Thursday, October 24, 2013

Don't you ever let anyone put your parents or grandparents in a home. Take care of your loved ones.

As low moans and shrill shrieks pierce the halls,
The apathetic staff ignore their calls.
Vomit and feces thicken the air,
The scent clings closely, a cloak of despair.
I didn't recognize her sitting alone--
Skeletal and sad, flesh sagged over bone.
Thinning hair and rotting teeth
Adorn her body, no spirit beneath.
Her glazed eyes stared blankly at me,
She wondered who I could possibly be.
Who are you?
Dad said, We will take you home, we will take care of things, don't you worry,
I'm scared, don't leave, she begged, Please hurry.
He smiled and lied brightly he would,
While mother said quietly, We would if we could.
But the opportunity had long since passed,
And time with her had ended at last.
Don't leave without me, buy me a ticket, we will sit next to each other, okay?
Yes, of course, we will fly back together, one day.
There is no true despair without hope,
It's funny, the ways we choose to cope.

Wednesday, October 23, 2013

It is a risk to love.

I've been hearing this a lot recently (paraphrasing here):

"I like him and I think he likes me.  We're really close friends, but I don't want to ruin or change our friendship in case anything happens." 

Y'all are stupid.

If you both like each other, your relationship has already changed and it will never be the same again.

If you don't go for it, an underlying tension is always going to be there.  There will be longing. There will be jealousy.  There will be awkwardness.

If it doesn't work out, work it out with each other and communicate why you're better as friends--but keep in mind that you probably won't be for awhile until any residual feelings have faded from either end.  When that time comes (and it will), it'll be ok.

*Provided you weren't a dick about breaking up, it'll be ok.

Monday, October 14, 2013

Carefree Melodies

When I listen to these two tracks, I imagine--

Feet skipping to a fluttering beat, heart worn on your sleeve,

Head bobbing held up high,

Hands thrown up against fading sky.

Can you feel it?

♥.  Happy Monday, everyone.

“I had a dream I was awake and I woke up to find myself asleep.” -Stan Laurel

Open your eyes

Or you'll hit the clouds flying

And fall through your dreams.

Sunday, October 13, 2013


If you haven't read The Case Against Female Self-Esteem yet, you should really take a look and try to refrain from being angry or offended, otherwise you're not going to get anything worthwhile from reading it.  It's certainly interesting, to say the least.  This entire article, at surface level, is basically about how women are delusional when it comes to self empowerment and how right it will be in the world once they've realized that they have absolutely no value without the presence of men.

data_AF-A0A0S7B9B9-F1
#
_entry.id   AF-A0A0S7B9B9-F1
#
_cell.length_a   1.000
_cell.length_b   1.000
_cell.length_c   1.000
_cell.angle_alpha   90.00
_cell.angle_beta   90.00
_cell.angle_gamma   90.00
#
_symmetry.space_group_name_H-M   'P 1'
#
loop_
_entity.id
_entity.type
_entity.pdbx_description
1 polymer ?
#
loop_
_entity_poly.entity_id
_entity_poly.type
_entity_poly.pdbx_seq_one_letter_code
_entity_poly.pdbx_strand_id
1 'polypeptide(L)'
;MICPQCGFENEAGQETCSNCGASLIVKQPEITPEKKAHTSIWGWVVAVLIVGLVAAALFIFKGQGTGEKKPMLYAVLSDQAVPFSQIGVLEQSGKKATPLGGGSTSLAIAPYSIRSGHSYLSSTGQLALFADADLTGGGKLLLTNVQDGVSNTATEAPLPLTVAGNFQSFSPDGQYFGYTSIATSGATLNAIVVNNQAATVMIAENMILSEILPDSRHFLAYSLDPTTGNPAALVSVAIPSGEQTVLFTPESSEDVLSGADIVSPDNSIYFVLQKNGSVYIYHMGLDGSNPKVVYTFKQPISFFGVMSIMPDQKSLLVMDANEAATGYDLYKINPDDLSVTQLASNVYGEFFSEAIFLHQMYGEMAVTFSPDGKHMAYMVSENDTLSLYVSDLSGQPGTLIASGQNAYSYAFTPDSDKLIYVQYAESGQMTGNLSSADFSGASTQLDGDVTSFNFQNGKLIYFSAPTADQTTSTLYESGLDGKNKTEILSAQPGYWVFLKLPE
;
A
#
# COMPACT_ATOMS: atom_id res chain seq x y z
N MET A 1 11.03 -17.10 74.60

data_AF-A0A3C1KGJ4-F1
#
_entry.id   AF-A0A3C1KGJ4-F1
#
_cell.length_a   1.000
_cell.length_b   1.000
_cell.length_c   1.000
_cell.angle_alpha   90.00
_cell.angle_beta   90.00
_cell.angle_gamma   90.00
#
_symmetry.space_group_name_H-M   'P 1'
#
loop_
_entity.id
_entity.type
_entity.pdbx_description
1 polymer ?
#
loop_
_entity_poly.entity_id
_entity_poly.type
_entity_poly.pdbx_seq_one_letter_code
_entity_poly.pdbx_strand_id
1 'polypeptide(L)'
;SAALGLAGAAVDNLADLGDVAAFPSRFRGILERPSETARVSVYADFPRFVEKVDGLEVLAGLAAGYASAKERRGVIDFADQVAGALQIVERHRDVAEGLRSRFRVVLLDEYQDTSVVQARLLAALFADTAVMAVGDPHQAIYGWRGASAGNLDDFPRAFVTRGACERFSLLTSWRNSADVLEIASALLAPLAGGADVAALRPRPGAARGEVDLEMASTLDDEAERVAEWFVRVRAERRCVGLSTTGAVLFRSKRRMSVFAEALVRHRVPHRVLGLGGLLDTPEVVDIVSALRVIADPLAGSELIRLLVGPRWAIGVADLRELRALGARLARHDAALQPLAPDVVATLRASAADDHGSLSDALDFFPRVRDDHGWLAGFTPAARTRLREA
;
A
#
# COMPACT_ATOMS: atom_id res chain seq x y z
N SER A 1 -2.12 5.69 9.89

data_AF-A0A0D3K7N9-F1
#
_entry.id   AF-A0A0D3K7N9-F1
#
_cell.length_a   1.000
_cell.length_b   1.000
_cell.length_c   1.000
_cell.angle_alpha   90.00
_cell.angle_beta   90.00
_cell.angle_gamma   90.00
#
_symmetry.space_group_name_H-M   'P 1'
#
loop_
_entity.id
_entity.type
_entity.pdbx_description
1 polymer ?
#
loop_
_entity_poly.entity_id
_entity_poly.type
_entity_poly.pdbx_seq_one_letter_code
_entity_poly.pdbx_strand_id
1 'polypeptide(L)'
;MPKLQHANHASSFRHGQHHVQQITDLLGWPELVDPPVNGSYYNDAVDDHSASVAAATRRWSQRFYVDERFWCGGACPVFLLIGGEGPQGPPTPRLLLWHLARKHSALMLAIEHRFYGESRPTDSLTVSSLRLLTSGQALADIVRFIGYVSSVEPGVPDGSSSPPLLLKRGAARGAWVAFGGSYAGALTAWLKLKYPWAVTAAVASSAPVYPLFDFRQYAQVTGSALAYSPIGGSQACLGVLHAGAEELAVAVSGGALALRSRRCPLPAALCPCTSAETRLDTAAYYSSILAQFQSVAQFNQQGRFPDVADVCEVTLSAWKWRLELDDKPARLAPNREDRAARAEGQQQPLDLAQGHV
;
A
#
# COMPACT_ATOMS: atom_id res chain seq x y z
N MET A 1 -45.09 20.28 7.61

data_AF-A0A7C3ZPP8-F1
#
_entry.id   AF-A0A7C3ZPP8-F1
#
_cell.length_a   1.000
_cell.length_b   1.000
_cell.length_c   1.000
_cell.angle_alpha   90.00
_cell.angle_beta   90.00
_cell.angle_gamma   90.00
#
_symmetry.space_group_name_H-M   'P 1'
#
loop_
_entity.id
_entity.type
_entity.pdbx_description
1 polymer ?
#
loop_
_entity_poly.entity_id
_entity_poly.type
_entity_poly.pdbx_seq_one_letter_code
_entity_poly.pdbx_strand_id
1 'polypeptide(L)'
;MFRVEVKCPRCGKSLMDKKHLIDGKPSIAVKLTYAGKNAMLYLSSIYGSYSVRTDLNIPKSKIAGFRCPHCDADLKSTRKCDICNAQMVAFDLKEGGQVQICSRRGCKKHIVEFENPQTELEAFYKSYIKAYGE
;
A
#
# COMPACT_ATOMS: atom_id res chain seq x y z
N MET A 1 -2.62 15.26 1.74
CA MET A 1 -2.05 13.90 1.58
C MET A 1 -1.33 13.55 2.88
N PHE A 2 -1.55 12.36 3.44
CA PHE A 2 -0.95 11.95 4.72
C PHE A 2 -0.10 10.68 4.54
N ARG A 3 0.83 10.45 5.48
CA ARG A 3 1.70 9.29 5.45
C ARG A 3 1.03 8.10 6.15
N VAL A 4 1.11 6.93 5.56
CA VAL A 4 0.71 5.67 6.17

To give you an idea, here a quote I have pulled:
"Girls don’t want the six-figure cubicle job, the shiny Brooklyn 2BR, the master’s degree, the sexual liberation, none of it. They want to be collectively led back to the kitchen, told to make a nice big tuna sandwich with extra mayo and lettuce, then swatted on the ass as we walk out the door."
Speaking of kitchen jokes, I have two:
If a tree fell on a woman and there's no one around to hear it, what was a tree doing in the kitchen?

Some people might say I'm degrading my own gender, but think about it...after these jokes are told, does any girl actually take it seriously and assemble their cookware and cleaning supplies?  No, they find it offensive and somewhat amusing at the same time, but it does not influence them to assume what appears to be their natural order in the world, as proclaimed by men.  If anything, it motivates them to become more than what they're perceived as--well it should, anyway.  Someone once said, "A successful woman is one who can build a firm foundation with the bricks others have thrown at her."  If they're bricks that also make you laugh, power to you.

Anyhow, Matt Forney offers very interesting points in his tirade.  I think perspective plays a very important role when reading his opinions.  Some would say it's degradation and misogyny at its worst--however, it's so over the top that I really can't help but to perceive it as satire.  If it isn't (because lord knows there are crazy people out there in the world that hold such backward views), it's still a very thought provoking article.

I do believe that one of the best ways to bring attention to a subject matter is to force people out of their comfort zone; that is integral in changing perspective, and subsequently, in changing the world. Perfect examples of writing that does such are: